Liszt's travels in the 1830s introduced him to much of the art and nature of Switzerland and Italy, and he wrote many pieces inspired by his quick perception of the writing, painting, sculpture, countryside and the general atmosphere of the places he visited. Typically, these works of his early period underwent serious revision after he became Kapellmeister in Weimar in 1848, and many of them were reincarnate as the Années de pèlerinage, first published in two volumes: Suisse and Italie. The second book received a supplementary volume shortly afterwards: Venezia e Napoli.
Venezia e Napoli is usually waved away as a rather insignificant group of encore pieces, but whilst they are obviously lighter fare than the works which they supplement, they merit high praise for their sheer beauty and ingenuity. Liszt had a collection of four pieces under this title ready for publication in 1840, but they were not to appear until after his death. Meanwhile, he had turned the first of them into the symphonic poem Tasso, and had discarded the second. The third and fourth became numbers one and three of the present set, to which Liszt added a new middle movement. Each piece is based on what was familiar material in the streets of Italy at the time of their conception: Gondoliera is described by Liszt in the score as La biondina in gondoletta - Canzone di Cavaliere Peruchini (Beethoven's setting of it, Wo0157/12, for voice and piano trio just describes it as a Venetian folk-song; Peruchini remains elusive) and treats it in a much gentler way than in the earlier version with a particularly fine verse with tremolo accompaniment; the tremolo then guides a very dark musing upon Rossini's Canzone del Gondoliere - "Nessùn maggior dolore" [Otello] which itself recalls Dante's Inferno [There is no greater sorrow than to remember past happiness in time of misery]; and the Tarantella - incorporating themes said to be by Guillaume Louis Cottrau (1797-1847), but he was merely a publisher! - emerges from the depths, much subtler than in its previous, primary-coloured garb, but ultimately triumphantly boisterous.
The Faust story was a lifelong obsession for Liszt, whether told by Goethe or by Lenau. Goethe inspired the Faust-Symphonie - Liszt's orchestral masterpiece - and Lenau two further orchestral works: Der nächtliche Zug [The procession by night] and the Tanz in der Dorfschenke - Erster Mephisto-Walzer [Dance in the village inn - First Mephisto-Waltz]. (Three further Mephisto-Waltzes and a Mephisto-Polka, as well as the related Bagatelle without tonality would follow in Liszt's last years.) There is every chance that the famous first Mephisto-Waltz was conceived first for piano - certainly the orchestral version is by no means a bar-for-bar transcription of it - but Liszt issued the piece as if it had been transcribed from the orchestral work, and had a large portion of Lenau's poem printed as a preface. He dedicated the piece to his star pupil Carl Tausig (1841-1871). This music proved instantly popular and controversial, but the criticism only served to encourage more musicians to take up the piece in defiance. Mephisto's mad whirl of earthly pleasures was perfectly described by Humphrey Searle, in "The Music of Liszt", in his paraphrase of the episode from Lenau's poem: Faust and Mephistopheles enter the inn in search of pleasure; the peasants are dancing, and Mephisto seizes the violin and intoxicates the audience with his playing. They abandon themselves to love-making, and two by two slip out into the starlit night, Faust with one of the girls; then the singing of the nightingale is heard through the open doors. The solo piano version does not contain Liszt's quiet alternative ending to the orchestral version depicting the company sinking "in the ocean of their own lust", but has Mephisto laugh, dance, and the vision is abandoned.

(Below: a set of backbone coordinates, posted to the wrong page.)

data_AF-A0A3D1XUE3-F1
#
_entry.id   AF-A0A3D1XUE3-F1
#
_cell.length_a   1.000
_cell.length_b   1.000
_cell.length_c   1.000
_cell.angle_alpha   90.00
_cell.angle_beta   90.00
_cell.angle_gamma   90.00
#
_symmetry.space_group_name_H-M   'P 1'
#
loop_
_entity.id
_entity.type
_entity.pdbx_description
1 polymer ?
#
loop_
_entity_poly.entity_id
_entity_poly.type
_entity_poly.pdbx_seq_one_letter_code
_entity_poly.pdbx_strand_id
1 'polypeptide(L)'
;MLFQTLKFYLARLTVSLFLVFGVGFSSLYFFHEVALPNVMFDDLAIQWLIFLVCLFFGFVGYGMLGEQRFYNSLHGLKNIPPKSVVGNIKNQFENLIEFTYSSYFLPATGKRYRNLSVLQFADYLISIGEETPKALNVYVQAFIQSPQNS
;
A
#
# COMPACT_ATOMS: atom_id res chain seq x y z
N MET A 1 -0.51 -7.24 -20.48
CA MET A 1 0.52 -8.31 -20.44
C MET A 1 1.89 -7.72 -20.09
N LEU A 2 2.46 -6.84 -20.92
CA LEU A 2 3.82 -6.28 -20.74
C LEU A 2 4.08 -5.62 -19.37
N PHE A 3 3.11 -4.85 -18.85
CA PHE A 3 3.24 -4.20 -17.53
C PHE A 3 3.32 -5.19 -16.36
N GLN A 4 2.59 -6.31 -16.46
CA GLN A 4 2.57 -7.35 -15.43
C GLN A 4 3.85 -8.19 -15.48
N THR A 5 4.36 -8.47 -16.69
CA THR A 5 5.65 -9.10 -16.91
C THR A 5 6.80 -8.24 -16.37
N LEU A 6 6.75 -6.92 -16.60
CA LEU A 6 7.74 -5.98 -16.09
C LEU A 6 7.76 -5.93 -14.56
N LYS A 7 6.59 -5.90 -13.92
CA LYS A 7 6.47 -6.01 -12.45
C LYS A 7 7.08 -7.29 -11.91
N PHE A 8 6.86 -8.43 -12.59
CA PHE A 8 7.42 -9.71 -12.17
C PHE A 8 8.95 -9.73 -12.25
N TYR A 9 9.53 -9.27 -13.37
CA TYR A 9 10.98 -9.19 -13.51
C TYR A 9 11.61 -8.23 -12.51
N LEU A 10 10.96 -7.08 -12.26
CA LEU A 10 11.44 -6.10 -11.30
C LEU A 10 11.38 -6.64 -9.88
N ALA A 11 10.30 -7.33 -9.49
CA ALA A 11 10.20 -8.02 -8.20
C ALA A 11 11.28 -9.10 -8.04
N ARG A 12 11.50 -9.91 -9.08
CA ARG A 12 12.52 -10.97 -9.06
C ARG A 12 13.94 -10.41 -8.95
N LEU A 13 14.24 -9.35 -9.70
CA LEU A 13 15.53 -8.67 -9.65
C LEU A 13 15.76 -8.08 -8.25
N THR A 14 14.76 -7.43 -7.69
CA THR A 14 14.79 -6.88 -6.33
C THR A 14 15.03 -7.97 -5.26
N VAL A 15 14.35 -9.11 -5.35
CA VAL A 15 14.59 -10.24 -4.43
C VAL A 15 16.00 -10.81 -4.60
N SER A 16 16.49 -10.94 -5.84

In 1826, not yet fifteen years of age, Liszt published the first instalment (12 pieces) of what promised to be an 'Étude en 48 exercises' in which the young prodigy intended to run twice through all the keys. In 1837, at the height of his Glanzperiode, Liszt took these pages and developed a formidable set of mature studies - 'Douze Grandes études' - which, as Schumann noted in his laudatory review, were probably too difficult for anyone other than Liszt to play musically. The essential musical poetry of these colossi was rescued by Liszt from the more extreme technical demands in the final version published in 1852. Now, in the Transcendental Etudes proper, the pieces become by no means easy, but are much clearer in musical intent. Titles are now appended to ten numbers - only guides for performance rather than clues to the sources for Liszt's inspiration, but they are evocative enough, and often uncannily paraphrase the atmosphere conjured up by the music. No. 8, Wilde Jagd [Wild Hunt], is marked 'Presto furioso' and in the matter of leaps is the most reckless of the studies, beginning with jagged cross-rhythms which are later contrasted with a more four-square, fanfare-like theme. All these studies were affectionately dedicated to Liszt's old teacher Carl Czerny (1791-1857).
© 2003 LESLIE HOWARD, LONDON